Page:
As investors anxiously waited last week for Standard & Poor's conference call about rating methodology alterations to closed-end second-lien RMBS, Starship's 1987 hit "Nothing's Gonna Stop Us Now" played over the conference call lines. The song seems very appropriate in light of the endless amount of rating activities and methodology alterations that have hit the market from S&P, Moody's Investors Service and Fitch Ratings. Whether these rating adjustments are sufficient, however, remains to be seen as market players cite little to no activity in the second-lien market.
"Right now, the rating changes and tightening criteria will have more of an effect on the existing deals in the pipeline that have some second-lien concentration," said Wen Zhang in ABS research at Credit Suisse. These deals will basically have to double their credit enhancement levels on the second-lien portion, which will have a noticeable impact on deal execution, she said. But in terms of standalone subprime second-lien deals, "that market is basically dead right now," Zhang said.
Despite the slowdown, ratings are still being reworked. S&P said that is will be increasing its default assumptions by 1.7 times for loans with a CLTV greater than 95. It will also increase its default assumptions for FICO scores lower than 660, depending on the numbers. For FICO scores less than 575, it will increase its assumptions by 4.5 times; for FICO scores less than 600 but greater than 575, it will increase its assumptions by 2.5 times, and for FICO scores less than 660 but greater than 600, it will increase its default assumptions by 1.5 times. FICO scores higher than 660 performed within expectations, the rating agency noted. For purchase money loans, S&P increased its default assumptions by 1.5 times.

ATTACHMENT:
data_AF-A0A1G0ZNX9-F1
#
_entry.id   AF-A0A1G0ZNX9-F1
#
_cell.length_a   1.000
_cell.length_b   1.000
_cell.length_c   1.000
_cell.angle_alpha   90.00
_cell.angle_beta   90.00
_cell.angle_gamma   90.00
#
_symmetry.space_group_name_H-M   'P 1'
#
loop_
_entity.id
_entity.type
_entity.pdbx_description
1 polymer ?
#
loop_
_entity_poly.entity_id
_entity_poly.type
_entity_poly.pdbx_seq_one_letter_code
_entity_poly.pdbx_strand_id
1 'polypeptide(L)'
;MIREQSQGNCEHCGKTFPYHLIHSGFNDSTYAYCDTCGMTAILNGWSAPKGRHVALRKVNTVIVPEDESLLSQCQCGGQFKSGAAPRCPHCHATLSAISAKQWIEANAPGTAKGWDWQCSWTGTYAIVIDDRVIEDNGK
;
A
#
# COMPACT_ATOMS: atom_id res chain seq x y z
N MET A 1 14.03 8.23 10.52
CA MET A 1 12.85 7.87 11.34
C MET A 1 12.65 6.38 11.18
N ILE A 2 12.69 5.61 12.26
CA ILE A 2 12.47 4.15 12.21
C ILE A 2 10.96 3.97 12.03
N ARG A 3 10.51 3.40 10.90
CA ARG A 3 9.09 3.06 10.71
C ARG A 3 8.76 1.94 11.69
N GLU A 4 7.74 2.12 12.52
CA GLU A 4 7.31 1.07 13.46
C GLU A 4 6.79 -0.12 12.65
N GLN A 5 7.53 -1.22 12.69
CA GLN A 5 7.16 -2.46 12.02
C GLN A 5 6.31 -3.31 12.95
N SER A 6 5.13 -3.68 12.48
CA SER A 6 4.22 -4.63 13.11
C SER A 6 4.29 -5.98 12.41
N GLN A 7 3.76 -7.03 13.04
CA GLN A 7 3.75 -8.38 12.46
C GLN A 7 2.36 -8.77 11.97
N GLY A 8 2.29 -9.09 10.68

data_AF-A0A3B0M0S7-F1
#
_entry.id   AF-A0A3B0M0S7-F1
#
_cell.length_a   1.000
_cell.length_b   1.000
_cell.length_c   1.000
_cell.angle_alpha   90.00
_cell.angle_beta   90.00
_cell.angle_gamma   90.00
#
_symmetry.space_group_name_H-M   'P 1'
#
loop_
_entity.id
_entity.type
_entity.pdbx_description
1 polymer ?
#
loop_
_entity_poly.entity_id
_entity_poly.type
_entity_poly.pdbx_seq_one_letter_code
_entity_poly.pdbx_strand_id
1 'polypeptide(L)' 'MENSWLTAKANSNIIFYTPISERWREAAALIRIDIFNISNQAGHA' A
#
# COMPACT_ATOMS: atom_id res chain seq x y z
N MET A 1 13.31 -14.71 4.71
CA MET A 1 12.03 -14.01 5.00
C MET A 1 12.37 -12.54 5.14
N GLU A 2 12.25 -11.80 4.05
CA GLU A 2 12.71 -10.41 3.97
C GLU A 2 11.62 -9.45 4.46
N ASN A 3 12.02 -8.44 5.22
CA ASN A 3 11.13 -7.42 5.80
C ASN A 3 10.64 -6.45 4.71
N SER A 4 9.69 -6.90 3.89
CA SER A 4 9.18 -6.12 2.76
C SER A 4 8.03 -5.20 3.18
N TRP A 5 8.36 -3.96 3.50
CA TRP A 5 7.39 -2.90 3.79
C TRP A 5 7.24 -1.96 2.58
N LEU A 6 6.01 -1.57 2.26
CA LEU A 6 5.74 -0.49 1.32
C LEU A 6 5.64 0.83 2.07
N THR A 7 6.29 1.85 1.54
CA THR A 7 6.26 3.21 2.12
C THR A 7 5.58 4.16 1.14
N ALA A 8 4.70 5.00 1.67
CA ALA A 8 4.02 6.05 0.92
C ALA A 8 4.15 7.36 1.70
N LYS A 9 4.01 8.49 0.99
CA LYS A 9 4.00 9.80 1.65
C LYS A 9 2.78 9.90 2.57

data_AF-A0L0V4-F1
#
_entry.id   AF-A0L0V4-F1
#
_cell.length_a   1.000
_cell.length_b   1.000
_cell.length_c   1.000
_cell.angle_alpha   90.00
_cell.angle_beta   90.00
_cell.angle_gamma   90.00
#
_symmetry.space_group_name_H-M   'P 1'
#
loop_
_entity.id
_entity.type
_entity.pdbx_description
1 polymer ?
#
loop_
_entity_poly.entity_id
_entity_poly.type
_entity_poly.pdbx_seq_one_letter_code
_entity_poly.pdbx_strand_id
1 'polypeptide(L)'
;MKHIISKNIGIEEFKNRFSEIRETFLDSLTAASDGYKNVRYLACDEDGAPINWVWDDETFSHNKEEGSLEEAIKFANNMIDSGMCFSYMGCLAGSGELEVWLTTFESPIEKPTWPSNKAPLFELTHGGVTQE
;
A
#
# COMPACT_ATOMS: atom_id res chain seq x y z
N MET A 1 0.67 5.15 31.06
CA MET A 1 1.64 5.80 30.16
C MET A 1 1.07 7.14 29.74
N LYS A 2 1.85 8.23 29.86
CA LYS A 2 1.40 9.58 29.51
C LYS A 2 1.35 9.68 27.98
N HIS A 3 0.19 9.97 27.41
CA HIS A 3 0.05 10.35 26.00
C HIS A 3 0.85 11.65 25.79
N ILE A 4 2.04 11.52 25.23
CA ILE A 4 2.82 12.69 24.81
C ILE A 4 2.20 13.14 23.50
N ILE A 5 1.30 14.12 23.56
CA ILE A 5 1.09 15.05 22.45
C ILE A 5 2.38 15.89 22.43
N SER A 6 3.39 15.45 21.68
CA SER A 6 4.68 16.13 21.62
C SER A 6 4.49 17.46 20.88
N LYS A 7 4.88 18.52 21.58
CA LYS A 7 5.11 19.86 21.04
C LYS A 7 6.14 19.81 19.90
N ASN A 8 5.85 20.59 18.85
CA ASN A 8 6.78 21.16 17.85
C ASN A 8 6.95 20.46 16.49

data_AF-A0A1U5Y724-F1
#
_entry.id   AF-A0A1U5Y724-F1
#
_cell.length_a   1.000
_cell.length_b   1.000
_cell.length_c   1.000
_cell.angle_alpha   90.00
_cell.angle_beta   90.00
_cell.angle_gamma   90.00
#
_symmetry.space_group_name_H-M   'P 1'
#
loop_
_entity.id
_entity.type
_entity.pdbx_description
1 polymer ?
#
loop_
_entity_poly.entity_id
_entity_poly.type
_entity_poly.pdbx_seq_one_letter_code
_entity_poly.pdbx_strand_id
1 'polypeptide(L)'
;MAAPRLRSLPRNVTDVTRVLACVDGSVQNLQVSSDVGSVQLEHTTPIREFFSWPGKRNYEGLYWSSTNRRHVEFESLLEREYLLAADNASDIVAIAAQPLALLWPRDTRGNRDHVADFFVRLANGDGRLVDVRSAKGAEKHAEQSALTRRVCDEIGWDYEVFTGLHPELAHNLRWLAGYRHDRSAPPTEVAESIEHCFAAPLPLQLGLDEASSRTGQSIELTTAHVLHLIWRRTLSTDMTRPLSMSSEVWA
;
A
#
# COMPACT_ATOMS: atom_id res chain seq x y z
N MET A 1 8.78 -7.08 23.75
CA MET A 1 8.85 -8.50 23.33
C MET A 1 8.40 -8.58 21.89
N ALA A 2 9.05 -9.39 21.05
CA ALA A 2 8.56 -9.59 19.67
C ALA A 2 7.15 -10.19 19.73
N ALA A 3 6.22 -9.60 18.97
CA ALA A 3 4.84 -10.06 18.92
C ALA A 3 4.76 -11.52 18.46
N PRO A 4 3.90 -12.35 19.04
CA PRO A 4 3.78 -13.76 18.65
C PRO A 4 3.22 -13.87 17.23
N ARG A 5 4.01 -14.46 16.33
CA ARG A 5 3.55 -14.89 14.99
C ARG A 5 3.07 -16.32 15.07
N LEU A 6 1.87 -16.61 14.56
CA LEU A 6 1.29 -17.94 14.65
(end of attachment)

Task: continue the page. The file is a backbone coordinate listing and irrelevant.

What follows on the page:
As a result of the rating changes, the overcollaterization pool requirements have been increased by 80% and the class size of the triple-A' decreased by about 25%, S&P added.
Among Moody's changes to its second-lien rating methodology, the rating agency will include the addition of higher roll rates from delinquency into default and higher severity assumptions. Previously, roll rates from delinquency to default that were used for loans delinquent more than 60 days were 50% and for loans delinquent for more than 90 days, in foreclosure or held as real estate owned (REO), roll rates were 100%. As a result of the limited borrower equity underlying most 2006 second-lien loans, Moody's said it now assumes that all loans would default with 100% severity. Subsequently, for the remaining portion of the pool that is not more than 60 days delinquent, in foreclosure or held as REO, loss expectations were increased by about 30%.
Moody's also increased default rate assumptions for high CLTV loans and loans originated with less than full documentation in 2006 for securitizations backed exclusively by subprime closed-end second-lien mortgages. If first-lien information is not provided, stressed assumptions are made, and loss expectations are adjusted accordingly, Moody's said. This has resulted in average loss expectations of approximately 15% to 25% of previous levels.
(c) 2007 Asset Securitization Report and SourceMedia, Inc. All Rights Reserved.